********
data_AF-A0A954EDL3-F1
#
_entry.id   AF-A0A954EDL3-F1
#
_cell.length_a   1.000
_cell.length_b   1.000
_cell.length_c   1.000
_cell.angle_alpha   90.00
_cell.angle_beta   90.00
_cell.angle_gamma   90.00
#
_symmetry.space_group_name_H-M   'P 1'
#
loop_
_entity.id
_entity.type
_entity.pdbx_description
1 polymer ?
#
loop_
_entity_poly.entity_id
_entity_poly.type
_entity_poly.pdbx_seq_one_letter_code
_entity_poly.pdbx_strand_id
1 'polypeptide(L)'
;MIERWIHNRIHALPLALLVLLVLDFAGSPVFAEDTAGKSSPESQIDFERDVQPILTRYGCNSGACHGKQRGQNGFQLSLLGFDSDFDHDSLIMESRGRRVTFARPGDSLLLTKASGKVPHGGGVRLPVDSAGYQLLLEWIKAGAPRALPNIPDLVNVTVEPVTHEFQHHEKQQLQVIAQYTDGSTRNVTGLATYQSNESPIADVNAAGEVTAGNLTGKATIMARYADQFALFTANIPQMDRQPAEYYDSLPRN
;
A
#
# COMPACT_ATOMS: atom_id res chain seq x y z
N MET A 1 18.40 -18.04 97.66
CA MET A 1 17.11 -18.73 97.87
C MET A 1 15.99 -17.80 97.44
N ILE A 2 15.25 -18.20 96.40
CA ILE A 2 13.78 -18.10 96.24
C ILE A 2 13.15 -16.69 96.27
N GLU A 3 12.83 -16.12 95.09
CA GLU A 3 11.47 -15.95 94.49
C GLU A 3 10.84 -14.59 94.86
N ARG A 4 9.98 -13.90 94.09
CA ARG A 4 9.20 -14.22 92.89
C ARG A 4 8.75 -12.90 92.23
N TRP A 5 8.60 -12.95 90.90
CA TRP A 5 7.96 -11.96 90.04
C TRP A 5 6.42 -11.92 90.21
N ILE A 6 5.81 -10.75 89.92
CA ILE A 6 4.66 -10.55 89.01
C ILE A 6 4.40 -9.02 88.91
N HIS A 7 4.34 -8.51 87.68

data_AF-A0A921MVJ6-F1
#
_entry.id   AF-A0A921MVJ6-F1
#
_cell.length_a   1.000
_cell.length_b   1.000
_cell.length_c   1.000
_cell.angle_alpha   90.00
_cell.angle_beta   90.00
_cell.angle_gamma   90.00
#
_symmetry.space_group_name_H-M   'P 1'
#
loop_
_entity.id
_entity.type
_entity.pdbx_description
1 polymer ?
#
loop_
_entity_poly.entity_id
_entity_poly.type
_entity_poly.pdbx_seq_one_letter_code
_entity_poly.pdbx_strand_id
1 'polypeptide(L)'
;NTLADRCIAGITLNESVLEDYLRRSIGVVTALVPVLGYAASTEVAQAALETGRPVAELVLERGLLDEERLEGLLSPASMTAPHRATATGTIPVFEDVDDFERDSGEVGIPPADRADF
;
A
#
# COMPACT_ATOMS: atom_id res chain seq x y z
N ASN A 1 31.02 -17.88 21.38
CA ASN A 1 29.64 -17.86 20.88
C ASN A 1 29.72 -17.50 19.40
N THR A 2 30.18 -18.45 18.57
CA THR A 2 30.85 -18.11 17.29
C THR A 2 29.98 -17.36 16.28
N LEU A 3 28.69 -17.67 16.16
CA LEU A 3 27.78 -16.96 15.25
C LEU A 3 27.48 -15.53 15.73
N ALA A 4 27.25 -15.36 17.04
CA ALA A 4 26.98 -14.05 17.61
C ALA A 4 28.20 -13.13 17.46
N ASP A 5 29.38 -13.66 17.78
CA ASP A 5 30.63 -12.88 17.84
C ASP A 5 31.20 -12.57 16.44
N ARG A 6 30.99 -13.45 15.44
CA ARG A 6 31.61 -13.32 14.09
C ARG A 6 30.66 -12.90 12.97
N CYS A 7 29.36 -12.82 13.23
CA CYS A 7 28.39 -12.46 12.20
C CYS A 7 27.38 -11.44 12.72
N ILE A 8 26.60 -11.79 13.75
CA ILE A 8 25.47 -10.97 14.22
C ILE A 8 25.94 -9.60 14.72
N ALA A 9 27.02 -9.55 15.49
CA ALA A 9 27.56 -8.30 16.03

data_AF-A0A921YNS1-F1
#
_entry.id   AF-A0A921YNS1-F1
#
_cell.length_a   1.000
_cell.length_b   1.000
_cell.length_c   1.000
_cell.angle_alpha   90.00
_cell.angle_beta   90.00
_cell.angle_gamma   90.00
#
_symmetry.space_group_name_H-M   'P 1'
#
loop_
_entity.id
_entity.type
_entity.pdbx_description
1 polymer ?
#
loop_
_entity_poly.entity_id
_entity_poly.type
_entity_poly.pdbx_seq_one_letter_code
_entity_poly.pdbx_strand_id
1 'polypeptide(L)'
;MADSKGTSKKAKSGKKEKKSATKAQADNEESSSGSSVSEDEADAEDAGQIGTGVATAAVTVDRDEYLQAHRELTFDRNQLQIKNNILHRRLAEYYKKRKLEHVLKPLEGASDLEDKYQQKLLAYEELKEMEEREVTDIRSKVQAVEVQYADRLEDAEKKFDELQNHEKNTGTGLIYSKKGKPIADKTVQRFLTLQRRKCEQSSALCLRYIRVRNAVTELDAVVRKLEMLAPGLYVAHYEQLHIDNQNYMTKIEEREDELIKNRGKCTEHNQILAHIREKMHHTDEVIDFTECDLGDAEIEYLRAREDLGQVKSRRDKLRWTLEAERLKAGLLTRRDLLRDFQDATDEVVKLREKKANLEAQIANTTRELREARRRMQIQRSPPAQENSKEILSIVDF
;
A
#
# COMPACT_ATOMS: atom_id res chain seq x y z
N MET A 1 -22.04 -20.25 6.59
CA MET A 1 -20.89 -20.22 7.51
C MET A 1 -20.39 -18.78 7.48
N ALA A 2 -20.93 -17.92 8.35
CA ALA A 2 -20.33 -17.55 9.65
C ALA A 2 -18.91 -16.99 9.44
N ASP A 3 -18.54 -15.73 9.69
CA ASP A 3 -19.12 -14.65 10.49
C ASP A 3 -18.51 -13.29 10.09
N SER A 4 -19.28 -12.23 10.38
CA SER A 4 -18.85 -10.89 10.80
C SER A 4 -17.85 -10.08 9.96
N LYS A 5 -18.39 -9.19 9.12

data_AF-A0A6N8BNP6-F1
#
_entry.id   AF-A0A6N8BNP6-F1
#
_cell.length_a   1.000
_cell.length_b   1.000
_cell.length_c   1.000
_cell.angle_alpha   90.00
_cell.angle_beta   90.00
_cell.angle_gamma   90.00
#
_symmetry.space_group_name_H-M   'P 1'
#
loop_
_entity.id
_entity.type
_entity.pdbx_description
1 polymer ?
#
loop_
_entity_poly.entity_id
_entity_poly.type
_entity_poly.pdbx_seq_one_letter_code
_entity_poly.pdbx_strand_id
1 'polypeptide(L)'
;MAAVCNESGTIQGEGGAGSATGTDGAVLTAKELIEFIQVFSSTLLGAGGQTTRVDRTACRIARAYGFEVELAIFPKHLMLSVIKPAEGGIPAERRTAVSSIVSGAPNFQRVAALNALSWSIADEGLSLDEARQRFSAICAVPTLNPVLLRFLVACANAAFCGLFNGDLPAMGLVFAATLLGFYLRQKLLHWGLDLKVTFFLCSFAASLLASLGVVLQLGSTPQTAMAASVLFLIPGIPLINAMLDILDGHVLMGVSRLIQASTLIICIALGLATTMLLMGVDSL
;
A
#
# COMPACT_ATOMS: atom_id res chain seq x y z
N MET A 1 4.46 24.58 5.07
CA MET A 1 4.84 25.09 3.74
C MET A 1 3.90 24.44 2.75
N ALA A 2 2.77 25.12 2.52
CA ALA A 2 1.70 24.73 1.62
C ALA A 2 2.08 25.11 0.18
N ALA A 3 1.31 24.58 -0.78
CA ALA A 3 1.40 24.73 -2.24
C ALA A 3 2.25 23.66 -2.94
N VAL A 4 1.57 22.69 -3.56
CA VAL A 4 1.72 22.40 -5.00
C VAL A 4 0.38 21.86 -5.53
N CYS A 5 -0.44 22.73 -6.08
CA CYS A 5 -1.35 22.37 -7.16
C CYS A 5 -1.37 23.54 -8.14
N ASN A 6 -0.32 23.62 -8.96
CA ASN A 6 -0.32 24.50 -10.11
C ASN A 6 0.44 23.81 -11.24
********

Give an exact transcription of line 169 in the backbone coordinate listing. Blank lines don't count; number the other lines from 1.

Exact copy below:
_entity_poly.entity_id